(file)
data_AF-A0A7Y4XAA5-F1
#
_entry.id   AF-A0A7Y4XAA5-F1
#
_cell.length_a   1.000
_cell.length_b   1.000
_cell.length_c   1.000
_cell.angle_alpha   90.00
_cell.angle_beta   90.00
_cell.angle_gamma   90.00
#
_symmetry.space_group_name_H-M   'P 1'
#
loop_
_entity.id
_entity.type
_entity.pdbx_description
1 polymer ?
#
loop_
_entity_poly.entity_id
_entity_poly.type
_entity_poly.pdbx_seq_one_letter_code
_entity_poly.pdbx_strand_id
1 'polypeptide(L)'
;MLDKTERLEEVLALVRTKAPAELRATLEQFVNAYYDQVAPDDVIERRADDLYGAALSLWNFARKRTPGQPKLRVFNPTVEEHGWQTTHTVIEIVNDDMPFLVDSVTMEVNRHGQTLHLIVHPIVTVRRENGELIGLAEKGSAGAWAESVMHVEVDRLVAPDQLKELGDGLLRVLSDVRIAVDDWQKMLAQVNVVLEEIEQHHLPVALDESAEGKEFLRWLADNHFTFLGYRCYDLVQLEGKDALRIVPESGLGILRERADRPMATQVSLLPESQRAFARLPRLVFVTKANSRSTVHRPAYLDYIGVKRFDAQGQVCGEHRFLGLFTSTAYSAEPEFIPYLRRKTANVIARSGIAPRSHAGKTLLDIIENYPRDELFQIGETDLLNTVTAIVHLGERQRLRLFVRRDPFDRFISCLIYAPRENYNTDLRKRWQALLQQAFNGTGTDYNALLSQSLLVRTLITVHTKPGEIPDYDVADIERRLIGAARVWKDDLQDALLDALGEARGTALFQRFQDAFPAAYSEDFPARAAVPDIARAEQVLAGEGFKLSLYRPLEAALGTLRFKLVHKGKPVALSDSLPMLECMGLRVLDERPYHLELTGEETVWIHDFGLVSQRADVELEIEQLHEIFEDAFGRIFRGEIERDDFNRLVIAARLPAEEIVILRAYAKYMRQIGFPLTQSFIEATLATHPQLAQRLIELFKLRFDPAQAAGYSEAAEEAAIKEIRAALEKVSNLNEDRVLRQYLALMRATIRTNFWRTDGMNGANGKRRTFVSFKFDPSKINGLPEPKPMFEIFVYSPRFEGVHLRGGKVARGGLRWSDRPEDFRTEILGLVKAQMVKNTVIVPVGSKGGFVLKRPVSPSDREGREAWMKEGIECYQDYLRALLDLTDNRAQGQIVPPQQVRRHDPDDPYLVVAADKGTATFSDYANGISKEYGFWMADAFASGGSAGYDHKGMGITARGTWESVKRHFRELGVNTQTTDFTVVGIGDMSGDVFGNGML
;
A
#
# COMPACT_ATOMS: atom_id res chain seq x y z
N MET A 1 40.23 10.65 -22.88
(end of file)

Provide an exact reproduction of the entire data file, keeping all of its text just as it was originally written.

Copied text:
data_AF-A0A7Y4XAA5-F1
#
_entry.id   AF-A0A7Y4XAA5-F1
#
_cell.length_a   1.000
_cell.length_b   1.000
_cell.length_c   1.000
_cell.angle_alpha   90.00
_cell.angle_beta   90.00
_cell.angle_gamma   90.00
#
_symmetry.space_group_name_H-M   'P 1'
#
loop_
_entity.id
_entity.type
_entity.pdbx_description
1 polymer ?
#
loop_
_entity_poly.entity_id
_entity_poly.type
_entity_poly.pdbx_seq_one_letter_code
_entity_poly.pdbx_strand_id
1 'polypeptide(L)'
;MLDKTERLEEVLALVRTKAPAELRATLEQFVNAYYDQVAPDDVIERRADDLYGAALSLWNFARKRTPGQPKLRVFNPTVEEHGWQTTHTVIEIVNDDMPFLVDSVTMEVNRHGQTLHLIVHPIVTVRRENGELIGLAEKGSAGAWAESVMHVEVDRLVAPDQLKELGDGLLRVLSDVRIAVDDWQKMLAQVNVVLEEIEQHHLPVALDESAEGKEFLRWLADNHFTFLGYRCYDLVQLEGKDALRIVPESGLGILRERADRPMATQVSLLPESQRAFARLPRLVFVTKANSRSTVHRPAYLDYIGVKRFDAQGQVCGEHRFLGLFTSTAYSAEPEFIPYLRRKTANVIARSGIAPRSHAGKTLLDIIENYPRDELFQIGETDLLNTVTAIVHLGERQRLRLFVRRDPFDRFISCLIYAPRENYNTDLRKRWQALLQQAFNGTGTDYNALLSQSLLVRTLITVHTKPGEIPDYDVADIERRLIGAARVWKDDLQDALLDALGEARGTALFQRFQDAFPAAYSEDFPARAAVPDIARAEQVLAGEGFKLSLYRPLEAALGTLRFKLVHKGKPVALSDSLPMLECMGLRVLDERPYHLELTGEETVWIHDFGLVSQRADVELEIEQLHEIFEDAFGRIFRGEIERDDFNRLVIAARLPAEEIVILRAYAKYMRQIGFPLTQSFIEATLATHPQLAQRLIELFKLRFDPAQAAGYSEAAEEAAIKEIRAALEKVSNLNEDRVLRQYLALMRATIRTNFWRTDGMNGANGKRRTFVSFKFDPSKINGLPEPKPMFEIFVYSPRFEGVHLRGGKVARGGLRWSDRPEDFRTEILGLVKAQMVKNTVIVPVGSKGGFVLKRPVSPSDREGREAWMKEGIECYQDYLRALLDLTDNRAQGQIVPPQQVRRHDPDDPYLVVAADKGTATFSDYANGISKEYGFWMADAFASGGSAGYDHKGMGITARGTWESVKRHFRELGVNTQTTDFTVVGIGDMSGDVFGNGML
;
A
#
# COMPACT_ATOMS: atom_id res chain seq x y z
N MET A 1 40.23 10.65 -22.88